Cancer Care: The Next Generation

Dr. Gail Roboz on ABC talks about “taking a chance on something new.” [go]

 

 

 

 

 


Not just a shot in the dark

Friday, July 1, 2016

In many ways, it’s a science success story: 8-year-old boy with a rare form of brain cancer is treated by one of the world’s leading experts in the disease, who collaborates with a pioneering precision medicine institute to sequence his cancer and create a first-of-its-kind tumor model replica in the lab, allowing for further analysis and treatment testing without risk of harm to the child.

Upon analysis, the physician-scientist discovers a mutation previously not known to be linked to that type of cancer — and it happens to be in the protein that his colleague has spent a career studying. He contacts the colleague to ask if there is a drug to target the protein, and it arrives the next day. Applied to the tumor model, the drug effectively kills 80-90 percent of the diseased cells.

If only the story ended there.

Unfortunately, although the drug has been approved by the FDA, it cannot be used on the young patient because it has never been tested in children, and the pharmaceutical company controlling the drug is not willing to take the risk.

“We now start the gymnastics of trying to get permission from the FDA based on compassionate use,” said Jeffrey Greenfield, M.D., Ph.D. “We’ve done it before, and it takes anywhere from 3-6 months. This boy doesn’t have 3-6 months.”

Greenfield, a neurosurgeon at Weill Cornell Medicine and NewYork-Presbyterian, shared the anecdote at a special event held at Weill Cornell Medicine on June 29, one of 270 across the United States convened by Vice President Joe Biden in tandem with a national summit at Howard University in Washington, DC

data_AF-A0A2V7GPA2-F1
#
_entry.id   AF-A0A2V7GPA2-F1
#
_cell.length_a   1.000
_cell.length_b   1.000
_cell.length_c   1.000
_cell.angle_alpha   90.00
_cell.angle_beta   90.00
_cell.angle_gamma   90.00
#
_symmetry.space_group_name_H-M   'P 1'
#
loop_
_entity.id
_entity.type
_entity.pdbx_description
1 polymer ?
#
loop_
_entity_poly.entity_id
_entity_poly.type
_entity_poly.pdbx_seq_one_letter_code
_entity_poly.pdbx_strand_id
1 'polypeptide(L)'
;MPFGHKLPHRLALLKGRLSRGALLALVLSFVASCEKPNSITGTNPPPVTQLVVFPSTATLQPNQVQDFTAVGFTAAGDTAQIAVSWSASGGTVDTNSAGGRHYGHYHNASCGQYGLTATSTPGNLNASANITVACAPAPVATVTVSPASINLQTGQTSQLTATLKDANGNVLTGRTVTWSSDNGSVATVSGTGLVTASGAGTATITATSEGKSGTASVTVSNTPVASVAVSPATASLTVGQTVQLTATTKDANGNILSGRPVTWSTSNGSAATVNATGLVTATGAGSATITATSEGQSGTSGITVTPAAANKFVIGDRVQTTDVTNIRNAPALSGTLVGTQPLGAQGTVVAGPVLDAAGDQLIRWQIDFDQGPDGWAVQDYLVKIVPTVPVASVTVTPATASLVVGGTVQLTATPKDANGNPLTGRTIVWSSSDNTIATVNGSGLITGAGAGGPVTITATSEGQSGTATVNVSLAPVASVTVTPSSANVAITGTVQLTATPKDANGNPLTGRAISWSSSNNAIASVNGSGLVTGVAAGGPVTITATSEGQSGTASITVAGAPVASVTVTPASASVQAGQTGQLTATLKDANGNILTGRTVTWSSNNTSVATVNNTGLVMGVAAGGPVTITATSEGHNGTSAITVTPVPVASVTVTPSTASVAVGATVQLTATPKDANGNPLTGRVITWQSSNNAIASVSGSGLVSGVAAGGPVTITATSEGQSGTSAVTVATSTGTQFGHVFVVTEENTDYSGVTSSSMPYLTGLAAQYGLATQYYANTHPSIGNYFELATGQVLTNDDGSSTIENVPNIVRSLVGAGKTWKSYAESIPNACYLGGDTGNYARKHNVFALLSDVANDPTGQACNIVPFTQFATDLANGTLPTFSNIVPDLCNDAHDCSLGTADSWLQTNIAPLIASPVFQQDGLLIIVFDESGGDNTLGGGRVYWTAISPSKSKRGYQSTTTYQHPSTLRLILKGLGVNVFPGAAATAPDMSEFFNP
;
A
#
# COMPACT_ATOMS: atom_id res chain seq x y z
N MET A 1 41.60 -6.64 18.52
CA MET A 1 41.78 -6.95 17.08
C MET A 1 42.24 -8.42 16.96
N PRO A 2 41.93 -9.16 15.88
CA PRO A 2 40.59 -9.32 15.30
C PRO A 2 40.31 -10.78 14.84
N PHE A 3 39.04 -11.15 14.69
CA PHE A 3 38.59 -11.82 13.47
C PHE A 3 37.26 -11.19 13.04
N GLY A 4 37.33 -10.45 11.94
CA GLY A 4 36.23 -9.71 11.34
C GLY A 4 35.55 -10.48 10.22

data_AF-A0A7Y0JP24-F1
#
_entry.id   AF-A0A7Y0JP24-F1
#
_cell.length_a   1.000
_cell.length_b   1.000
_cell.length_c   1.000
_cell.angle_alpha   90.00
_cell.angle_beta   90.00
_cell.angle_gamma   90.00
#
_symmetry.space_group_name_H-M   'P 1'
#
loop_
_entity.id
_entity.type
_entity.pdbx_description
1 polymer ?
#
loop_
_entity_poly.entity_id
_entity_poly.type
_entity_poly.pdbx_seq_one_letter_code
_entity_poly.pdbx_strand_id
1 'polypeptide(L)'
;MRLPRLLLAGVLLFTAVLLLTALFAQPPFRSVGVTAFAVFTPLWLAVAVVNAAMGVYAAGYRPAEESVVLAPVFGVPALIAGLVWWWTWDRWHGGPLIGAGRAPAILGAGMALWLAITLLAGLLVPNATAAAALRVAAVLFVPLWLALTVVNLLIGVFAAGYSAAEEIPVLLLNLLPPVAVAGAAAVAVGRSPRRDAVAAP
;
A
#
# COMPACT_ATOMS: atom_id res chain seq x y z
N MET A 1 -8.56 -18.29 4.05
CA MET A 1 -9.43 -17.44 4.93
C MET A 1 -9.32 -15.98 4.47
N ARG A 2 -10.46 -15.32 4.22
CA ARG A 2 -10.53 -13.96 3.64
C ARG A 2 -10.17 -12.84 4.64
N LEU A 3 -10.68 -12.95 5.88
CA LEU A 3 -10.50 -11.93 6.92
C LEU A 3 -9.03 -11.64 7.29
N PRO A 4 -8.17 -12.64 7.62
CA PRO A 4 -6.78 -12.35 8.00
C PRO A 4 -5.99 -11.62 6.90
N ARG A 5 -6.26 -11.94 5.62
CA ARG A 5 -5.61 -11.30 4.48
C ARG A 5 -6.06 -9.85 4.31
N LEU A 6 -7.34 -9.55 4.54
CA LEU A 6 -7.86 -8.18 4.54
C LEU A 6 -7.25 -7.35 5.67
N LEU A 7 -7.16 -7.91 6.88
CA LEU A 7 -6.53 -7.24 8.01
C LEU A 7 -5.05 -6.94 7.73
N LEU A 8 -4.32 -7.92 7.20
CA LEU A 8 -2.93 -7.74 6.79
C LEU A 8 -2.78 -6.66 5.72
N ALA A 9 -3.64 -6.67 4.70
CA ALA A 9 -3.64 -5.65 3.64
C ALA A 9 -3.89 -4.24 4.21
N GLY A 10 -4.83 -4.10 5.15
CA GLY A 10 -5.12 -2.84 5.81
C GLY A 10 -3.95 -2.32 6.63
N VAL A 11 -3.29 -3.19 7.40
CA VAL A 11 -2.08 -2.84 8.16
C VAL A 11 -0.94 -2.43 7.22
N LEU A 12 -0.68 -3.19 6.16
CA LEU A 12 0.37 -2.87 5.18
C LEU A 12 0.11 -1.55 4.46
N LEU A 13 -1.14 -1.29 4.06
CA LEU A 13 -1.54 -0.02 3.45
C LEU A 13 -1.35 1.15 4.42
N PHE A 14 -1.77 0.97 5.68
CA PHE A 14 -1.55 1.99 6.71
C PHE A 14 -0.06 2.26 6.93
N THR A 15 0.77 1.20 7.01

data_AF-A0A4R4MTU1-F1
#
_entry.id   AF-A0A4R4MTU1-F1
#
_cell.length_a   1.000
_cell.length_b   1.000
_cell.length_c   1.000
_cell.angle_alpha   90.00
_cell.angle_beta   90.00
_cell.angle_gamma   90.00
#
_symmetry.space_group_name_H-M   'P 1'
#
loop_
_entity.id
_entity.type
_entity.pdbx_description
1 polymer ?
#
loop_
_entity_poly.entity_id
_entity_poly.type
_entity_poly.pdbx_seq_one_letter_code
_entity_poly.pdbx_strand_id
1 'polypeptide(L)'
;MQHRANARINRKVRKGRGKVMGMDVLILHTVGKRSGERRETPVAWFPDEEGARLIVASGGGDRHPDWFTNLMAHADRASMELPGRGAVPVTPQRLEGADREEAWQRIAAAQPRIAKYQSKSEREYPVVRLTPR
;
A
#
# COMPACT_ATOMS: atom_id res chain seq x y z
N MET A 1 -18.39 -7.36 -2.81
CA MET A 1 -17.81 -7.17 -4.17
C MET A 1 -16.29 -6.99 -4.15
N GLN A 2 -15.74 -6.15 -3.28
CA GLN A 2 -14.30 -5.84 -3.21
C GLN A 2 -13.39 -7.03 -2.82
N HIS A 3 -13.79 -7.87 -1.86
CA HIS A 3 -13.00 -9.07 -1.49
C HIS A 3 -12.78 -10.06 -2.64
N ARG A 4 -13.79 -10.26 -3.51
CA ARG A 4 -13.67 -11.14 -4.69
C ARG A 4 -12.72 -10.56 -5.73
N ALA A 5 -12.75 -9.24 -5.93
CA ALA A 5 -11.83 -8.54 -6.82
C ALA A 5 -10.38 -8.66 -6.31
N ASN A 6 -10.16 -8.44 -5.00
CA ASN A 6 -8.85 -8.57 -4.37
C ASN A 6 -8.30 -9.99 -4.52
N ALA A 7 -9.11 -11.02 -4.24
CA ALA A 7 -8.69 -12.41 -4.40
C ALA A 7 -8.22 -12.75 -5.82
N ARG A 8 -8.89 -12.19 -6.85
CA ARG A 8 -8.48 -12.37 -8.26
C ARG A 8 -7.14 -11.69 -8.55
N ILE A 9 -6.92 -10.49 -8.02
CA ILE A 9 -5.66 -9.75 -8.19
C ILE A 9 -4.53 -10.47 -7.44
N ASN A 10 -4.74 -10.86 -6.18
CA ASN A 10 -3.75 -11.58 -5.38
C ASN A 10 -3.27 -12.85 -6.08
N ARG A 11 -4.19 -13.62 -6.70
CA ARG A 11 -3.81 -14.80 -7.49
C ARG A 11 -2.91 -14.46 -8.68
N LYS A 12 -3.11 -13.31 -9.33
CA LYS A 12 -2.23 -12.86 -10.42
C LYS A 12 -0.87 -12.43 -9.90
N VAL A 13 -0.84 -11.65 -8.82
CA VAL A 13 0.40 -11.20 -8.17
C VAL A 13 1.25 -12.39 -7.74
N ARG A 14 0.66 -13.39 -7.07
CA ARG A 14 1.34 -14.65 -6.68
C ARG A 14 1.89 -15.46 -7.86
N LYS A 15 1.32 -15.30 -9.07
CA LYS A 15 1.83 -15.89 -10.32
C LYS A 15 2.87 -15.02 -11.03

Biden invited regional participants to discuss the goals of the “Cancer Moonshot” mission, announced in January by President Barack Obama as a way to accelerate cancer research, foster data sharing and collaboration, and improve patient access to care — all on a five-year timeline.

Greenfield said his story summed up some of the challenges the nation will face in trying to achieve such an ambitious goal.

“The promise of precision medicine, which is enormous and which we have all bought into, doesn’t deliver in this case,” Greenfield said. “We’ve done all the work that we’ve promised to do, and we still have hurdles. The science is great, the medicine is great, but we’ve got to figure out a way to bridge the chasm between academia, pharma and clinic.”

The future is now

Rohan Ramakrishna, M.D., and Gail Roboz, M.D., at the NYC regional Cancer Moonshot Summit at Weill Cornell Medicine
Rohan Ramakrishna, M.D., and Gail Roboz, M.D.. Photo: Ira Fox

Greenfield was joined at the event by more than a dozen other distinguished researchers and physicians, as well as a standing-room only crowd of around 100.

Participants heard that in many ways, the future of medicine is already here. Silvia Formenti, M.D., discussed how she uses radiation therapy to turn patients’ own tumors into internal “vaccines,” and Ching Tung, Ph.D., director of the Molecular Imaging Innovations Institute described new ways of “seeing” cancer.

Neurosurgeon Mark Souweidane, M.D., spoke about the importance of developing new forms of drug delivery and working with industry to be able to integrate research and technology into the operating room. His colleagues Susan Pannullo, M.D., and Michael Kaplitt, M.D., Ph.D., explained stereotactic radiosurgery and the use of ultrasound technology to poke holes in the blood-brain barrier.

“These are ways we can use novel non-invasive technologies that will put us as surgeons out of business, unfortunately, but will help heal the world,” Kaplitt said.

Gail Roboz, M.D., director of the Weill Cornell Leukemia Program, described immunotherapy, and in particular the use of CAR-T cells as an emerging therapy.

“The idea isn’t new, “Roboz said. “What’s new is that we can actually do it, we are able to finally do things that were Jetsons level before.”